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Marginfi's TVL Blow-Up

Chaos hits Solana’s second-largest lending protocol.
Jack Inabinet Jack Inabinet Apr 11, 20243 min read
market analysis Marginfi's TVL Blow-Up

MRGN Mayhem. Chaos rocked Solana’s second-largest lending protocol yesterday, leaving in its wake a slew of perturbed users and a high-profile resignation. Should you be rushing to withdraw your funds?

Staking protocol SolBlaze initiated the drama, publicly accusing marginfi of acting in bad faith and violating BLZE emissions guidelines by failing to distribute user incentive allocations over a period of three weeks and selling airdrop allocations intended to allow marginfi to participate in SolBlaze governance despite attempts to contact the team.

MRGN Group co-founder MacBrenna Peet bluntly expressed his disagreement with the allegations, labeling it a “very unfortunate hit piece.”

He claimed that the failure to pay out user allocations was a result of Solana’s onchain congestion and had only occurred during the past three days, further maintaining the protocol frequently went out of pocket to pay BLZE rewards to users and played a major role in promoting bSOL integrations within Solana DeFi. 

As Crypto Twitter embroiled itself in debate over the emissions controversy, MRGN Group’s other co-founder, Edgar Pavlovsky, shocked the industry by tweeting his resignation from all things marginfi, an announcement that was subsequently confirmed by the protocol.

Multicoin Capital co-founder Kyle Samani sought to garner support for his venture investment, stating not so shockingly that he didn't intend to withdraw funds from his own portfolio company.

Still, others have expressed concerns that the protocol’s demonstrated instability could indicate it has a potential to rug depositors, despite the fact that ownership over marginfi’s multisigs is distributed among multiple signers.

In response to mounting controversy and with hopes for a near-term airdrop potentially dashed, marginfi depositors have begun fleeing for the exits in pursuit of greener pastures, sending total value locked (TVL) on the application plummeting by $260M, completely nullifying gains made in the month of March.

Source: DeFiLlama

Smelling blood in the water, Solend founder 0xrooter chastised the marginfi team for badmouthing Solend and announced that the platform would be airdropping tokens to users who withdraw from marginfi’s lending markets and deposit into theirs.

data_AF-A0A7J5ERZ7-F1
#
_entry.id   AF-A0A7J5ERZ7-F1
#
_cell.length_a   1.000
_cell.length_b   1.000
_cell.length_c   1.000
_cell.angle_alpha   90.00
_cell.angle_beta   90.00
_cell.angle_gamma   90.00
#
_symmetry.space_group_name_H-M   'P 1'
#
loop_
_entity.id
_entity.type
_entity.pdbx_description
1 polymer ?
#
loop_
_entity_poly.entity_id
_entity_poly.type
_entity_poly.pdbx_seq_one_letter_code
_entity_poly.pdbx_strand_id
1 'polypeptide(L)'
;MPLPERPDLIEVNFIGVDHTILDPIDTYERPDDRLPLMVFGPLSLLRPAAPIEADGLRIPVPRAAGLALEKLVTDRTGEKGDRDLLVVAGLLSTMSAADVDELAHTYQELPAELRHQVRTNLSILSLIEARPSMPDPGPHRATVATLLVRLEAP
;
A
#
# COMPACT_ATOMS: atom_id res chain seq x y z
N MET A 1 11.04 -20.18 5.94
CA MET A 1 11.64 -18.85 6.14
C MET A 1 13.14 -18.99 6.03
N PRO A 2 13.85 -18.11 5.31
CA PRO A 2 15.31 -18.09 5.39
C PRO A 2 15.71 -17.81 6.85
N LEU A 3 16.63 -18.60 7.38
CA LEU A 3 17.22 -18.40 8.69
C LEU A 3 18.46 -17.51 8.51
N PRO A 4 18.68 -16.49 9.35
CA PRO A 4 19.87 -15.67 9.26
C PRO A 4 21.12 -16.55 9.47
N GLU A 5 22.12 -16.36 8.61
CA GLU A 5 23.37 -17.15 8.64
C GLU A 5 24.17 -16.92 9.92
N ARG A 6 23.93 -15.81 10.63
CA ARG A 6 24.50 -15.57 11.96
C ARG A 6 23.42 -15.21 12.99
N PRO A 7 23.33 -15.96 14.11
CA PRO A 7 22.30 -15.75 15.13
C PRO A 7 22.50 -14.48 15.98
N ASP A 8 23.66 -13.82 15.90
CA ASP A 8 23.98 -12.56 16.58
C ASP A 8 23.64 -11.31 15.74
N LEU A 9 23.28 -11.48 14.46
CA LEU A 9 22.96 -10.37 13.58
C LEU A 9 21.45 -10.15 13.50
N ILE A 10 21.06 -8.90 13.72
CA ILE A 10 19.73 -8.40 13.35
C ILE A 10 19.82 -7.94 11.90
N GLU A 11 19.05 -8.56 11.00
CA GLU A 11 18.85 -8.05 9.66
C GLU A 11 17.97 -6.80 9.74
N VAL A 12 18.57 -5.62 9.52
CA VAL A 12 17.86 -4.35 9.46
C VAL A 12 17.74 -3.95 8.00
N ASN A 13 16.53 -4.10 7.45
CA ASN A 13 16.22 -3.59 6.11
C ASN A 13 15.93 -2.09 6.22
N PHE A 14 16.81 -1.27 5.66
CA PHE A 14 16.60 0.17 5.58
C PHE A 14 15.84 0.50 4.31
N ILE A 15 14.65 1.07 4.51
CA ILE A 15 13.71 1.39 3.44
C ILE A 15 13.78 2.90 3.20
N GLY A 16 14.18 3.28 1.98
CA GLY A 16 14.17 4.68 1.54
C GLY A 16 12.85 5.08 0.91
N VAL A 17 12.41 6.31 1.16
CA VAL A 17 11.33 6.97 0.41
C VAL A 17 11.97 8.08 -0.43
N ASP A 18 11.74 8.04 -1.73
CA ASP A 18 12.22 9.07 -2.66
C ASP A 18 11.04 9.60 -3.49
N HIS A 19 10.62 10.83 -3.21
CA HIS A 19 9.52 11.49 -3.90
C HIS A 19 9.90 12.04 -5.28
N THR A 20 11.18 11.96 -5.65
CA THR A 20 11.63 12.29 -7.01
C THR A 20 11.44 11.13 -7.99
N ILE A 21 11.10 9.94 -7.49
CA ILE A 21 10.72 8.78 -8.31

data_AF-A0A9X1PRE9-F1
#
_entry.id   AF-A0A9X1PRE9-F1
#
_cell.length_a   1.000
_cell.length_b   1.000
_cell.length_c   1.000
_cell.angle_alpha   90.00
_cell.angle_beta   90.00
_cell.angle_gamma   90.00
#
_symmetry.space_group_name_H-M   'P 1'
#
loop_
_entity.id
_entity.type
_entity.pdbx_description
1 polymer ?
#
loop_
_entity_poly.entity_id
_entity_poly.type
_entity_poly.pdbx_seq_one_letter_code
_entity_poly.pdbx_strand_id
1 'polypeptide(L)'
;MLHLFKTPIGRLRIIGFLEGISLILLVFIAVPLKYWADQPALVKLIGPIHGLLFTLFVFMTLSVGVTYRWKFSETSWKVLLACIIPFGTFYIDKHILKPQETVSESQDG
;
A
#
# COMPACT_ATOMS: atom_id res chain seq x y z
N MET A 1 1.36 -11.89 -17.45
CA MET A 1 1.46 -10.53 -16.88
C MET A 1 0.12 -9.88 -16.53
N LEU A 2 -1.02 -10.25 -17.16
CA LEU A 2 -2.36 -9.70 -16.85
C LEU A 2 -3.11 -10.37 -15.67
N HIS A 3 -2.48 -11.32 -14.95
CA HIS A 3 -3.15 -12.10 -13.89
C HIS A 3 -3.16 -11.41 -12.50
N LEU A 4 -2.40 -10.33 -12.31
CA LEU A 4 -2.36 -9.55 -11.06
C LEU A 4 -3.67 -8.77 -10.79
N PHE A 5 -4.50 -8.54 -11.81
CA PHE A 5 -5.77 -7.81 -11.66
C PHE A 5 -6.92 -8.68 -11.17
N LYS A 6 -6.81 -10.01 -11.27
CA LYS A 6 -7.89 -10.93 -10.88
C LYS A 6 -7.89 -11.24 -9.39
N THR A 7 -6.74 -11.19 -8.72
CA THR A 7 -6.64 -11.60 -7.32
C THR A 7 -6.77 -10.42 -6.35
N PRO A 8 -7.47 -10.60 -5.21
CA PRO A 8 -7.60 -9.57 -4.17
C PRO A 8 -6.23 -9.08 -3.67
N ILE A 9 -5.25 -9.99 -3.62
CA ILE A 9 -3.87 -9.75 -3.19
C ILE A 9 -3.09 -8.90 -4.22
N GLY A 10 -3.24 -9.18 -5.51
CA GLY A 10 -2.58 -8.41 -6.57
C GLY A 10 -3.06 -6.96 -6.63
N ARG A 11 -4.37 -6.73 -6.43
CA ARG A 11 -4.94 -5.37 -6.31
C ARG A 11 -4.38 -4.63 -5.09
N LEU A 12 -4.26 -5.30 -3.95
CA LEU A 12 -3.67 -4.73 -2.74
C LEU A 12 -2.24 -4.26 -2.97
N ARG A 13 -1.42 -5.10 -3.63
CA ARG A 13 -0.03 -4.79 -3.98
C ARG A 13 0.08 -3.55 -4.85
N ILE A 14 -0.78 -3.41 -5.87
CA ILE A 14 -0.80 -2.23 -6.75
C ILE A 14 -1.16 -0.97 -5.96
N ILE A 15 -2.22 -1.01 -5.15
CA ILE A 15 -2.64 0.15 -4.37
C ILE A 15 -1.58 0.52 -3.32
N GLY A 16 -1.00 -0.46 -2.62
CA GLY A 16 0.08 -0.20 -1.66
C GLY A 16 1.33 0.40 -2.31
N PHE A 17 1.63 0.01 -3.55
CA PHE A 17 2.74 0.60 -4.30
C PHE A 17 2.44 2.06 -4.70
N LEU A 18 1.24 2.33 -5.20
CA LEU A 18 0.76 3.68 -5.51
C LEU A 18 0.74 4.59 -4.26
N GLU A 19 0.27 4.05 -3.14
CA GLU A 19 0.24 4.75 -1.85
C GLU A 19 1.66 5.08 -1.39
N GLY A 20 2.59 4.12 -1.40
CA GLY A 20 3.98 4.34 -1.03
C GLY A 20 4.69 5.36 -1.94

The sudden nature of marginfi’s TVL outflows in the past 24 hours has certainly captured broad attention, but the protocol has been visibly struggling since early March when it was flipped by competitor Kamino, who announced a snapshot date for their first round of airdrops. 

Despite a seemingly amicable resolution of the initial SolBlaze incident that caused this dilemma, uncertainty regarding marginfi’s future continues to mount and it is clear that the protocol lies at a critical juncture, needing to either rally user support or risk fading into irrelevance.

The release of marginfi’s YBX decentralized stablecoin and the completion of other 2024 roadmap items may help the protocol regain a foothold, but the return to sector dominance can likely only be achieved by giving users what they truly want: airdropped tokens.

While marginfi undoubtedly wishes it could erase the damage that was done yesterday, the protocol is truly in control of its own destiny, with future success merely contingent on the willingness to drop a token, a fact recognized by traders on Polymarket who continue to price in above a 50% chance that an airdrop occurs before the end of June.

Considering that Kamino’s snapshot announcement resulted in a 2X TVL increase, expanding deposits in their lending market to $1.2B, it is not out of the question that marginfi could regain its crown with a skillful airdrop distribution.

Source: Polymarket

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Jack Inabinet

Written by Jack Inabinet

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Jack Inabinet is a Senior Analyst with a passion for exploring the bleeding edge of crypto and finance. Prior to joining Bankless, Jack worked as an analyst at HAL Real Estate where he conducted market research and financial analysis for commercial apartment development and acquisition activities in the Seattle region. He graduated from the University of Washington’s Michael G. Foster School of Business and remains based out of the Seattle area.

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